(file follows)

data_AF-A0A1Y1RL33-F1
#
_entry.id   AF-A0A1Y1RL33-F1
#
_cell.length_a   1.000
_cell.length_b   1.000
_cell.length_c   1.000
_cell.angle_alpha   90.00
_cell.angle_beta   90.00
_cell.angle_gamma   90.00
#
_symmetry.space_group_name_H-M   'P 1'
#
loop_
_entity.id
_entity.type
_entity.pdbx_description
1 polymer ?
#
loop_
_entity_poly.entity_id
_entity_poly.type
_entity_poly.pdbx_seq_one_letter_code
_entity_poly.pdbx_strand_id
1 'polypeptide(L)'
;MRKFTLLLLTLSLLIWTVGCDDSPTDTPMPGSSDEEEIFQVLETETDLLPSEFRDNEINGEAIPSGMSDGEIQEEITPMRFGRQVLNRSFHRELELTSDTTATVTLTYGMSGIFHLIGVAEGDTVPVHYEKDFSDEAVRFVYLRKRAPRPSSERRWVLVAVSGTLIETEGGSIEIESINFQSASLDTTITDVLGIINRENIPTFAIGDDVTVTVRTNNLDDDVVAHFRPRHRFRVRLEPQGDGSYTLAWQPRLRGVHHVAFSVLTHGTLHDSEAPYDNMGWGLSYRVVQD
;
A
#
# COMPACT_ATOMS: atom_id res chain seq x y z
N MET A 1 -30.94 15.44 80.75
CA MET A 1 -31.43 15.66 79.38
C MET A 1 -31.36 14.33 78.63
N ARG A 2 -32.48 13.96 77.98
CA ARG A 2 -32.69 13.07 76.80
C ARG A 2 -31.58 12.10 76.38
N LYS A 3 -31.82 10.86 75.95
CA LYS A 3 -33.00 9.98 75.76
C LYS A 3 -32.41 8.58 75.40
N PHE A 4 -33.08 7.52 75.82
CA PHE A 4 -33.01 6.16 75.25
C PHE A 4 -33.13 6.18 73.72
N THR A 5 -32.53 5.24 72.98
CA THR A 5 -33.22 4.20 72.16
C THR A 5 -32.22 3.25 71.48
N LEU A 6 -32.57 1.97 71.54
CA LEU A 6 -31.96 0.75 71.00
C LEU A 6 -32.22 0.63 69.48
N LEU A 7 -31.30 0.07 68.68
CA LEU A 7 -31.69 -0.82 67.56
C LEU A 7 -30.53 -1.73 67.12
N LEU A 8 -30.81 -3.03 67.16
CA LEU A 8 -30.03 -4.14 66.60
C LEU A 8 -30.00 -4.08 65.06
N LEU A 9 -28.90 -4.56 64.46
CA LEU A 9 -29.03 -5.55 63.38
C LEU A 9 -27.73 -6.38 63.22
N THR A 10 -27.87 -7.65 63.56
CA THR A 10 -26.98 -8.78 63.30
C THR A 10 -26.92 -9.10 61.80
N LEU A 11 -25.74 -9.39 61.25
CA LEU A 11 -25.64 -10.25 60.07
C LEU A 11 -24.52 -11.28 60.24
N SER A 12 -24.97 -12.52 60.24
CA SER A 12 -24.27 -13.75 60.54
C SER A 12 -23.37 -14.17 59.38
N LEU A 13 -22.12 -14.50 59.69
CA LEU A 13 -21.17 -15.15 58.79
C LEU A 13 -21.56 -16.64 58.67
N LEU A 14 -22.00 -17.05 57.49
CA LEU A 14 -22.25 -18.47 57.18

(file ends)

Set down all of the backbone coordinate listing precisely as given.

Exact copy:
data_AF-A0A1Y1RL33-F1
#
_entry.id   AF-A0A1Y1RL33-F1
#
_cell.length_a   1.000
_cell.length_b   1.000
_cell.length_c   1.000
_cell.angle_alpha   90.00
_cell.angle_beta   90.00
_cell.angle_gamma   90.00
#
_symmetry.space_group_name_H-M   'P 1'
#
loop_
_entity.id
_entity.type
_entity.pdbx_description
1 polymer ?
#
loop_
_entity_poly.entity_id
_entity_poly.type
_entity_poly.pdbx_seq_one_letter_code
_entity_poly.pdbx_strand_id
1 'polypeptide(L)'
;MRKFTLLLLTLSLLIWTVGCDDSPTDTPMPGSSDEEEIFQVLETETDLLPSEFRDNEINGEAIPSGMSDGEIQEEITPMRFGRQVLNRSFHRELELTSDTTATVTLTYGMSGIFHLIGVAEGDTVPVHYEKDFSDEAVRFVYLRKRAPRPSSERRWVLVAVSGTLIETEGGSIEIESINFQSASLDTTITDVLGIINRENIPTFAIGDDVTVTVRTNNLDDDVVAHFRPRHRFRVRLEPQGDGSYTLAWQPRLRGVHHVAFSVLTHGTLHDSEAPYDNMGWGLSYRVVQD
;
A
#
# COMPACT_ATOMS: atom_id res chain seq x y z
N MET A 1 -30.94 15.44 80.75
CA MET A 1 -31.43 15.66 79.38
C MET A 1 -31.36 14.33 78.63
N ARG A 2 -32.48 13.96 77.98
CA ARG A 2 -32.69 13.07 76.80
C ARG A 2 -31.58 12.10 76.38
N LYS A 3 -31.82 10.86 75.95
CA LYS A 3 -33.00 9.98 75.76
C LYS A 3 -32.41 8.58 75.40
N PHE A 4 -33.08 7.52 75.82
CA PHE A 4 -33.01 6.16 75.25
C PHE A 4 -33.13 6.18 73.72
N THR A 5 -32.53 5.24 72.98
CA THR A 5 -33.22 4.20 72.16
C THR A 5 -32.22 3.25 71.48
N LEU A 6 -32.57 1.97 71.54
CA LEU A 6 -31.96 0.75 71.00
C LEU A 6 -32.22 0.63 69.48
N LEU A 7 -31.30 0.07 68.68
CA LEU A 7 -31.69 -0.82 67.56
C LEU A 7 -30.53 -1.73 67.12
N LEU A 8 -30.81 -3.03 67.16
CA LEU A 8 -30.03 -4.14 66.60
C LEU A 8 -30.00 -4.08 65.06
N LEU A 9 -28.90 -4.56 64.46
CA LEU A 9 -29.03 -5.55 63.38
C LEU A 9 -27.73 -6.38 63.22
N THR A 10 -27.87 -7.65 63.56
CA THR A 10 -26.98 -8.78 63.30
C THR A 10 -26.92 -9.10 61.80
N LEU A 11 -25.74 -9.39 61.25
CA LEU A 11 -25.64 -10.25 60.07
C LEU A 11 -24.52 -11.28 60.24
N SER A 12 -24.97 -12.52 60.24
CA SER A 12 -24.27 -13.75 60.54
C SER A 12 -23.37 -14.17 59.38
N LEU A 13 -22.12 -14.50 59.69
CA LEU A 13 -21.17 -15.15 58.79
C LEU A 13 -21.56 -16.64 58.67
N LEU A 14 -22.00 -17.05 57.49
CA LEU A 14 -22.25 -18.47 57.18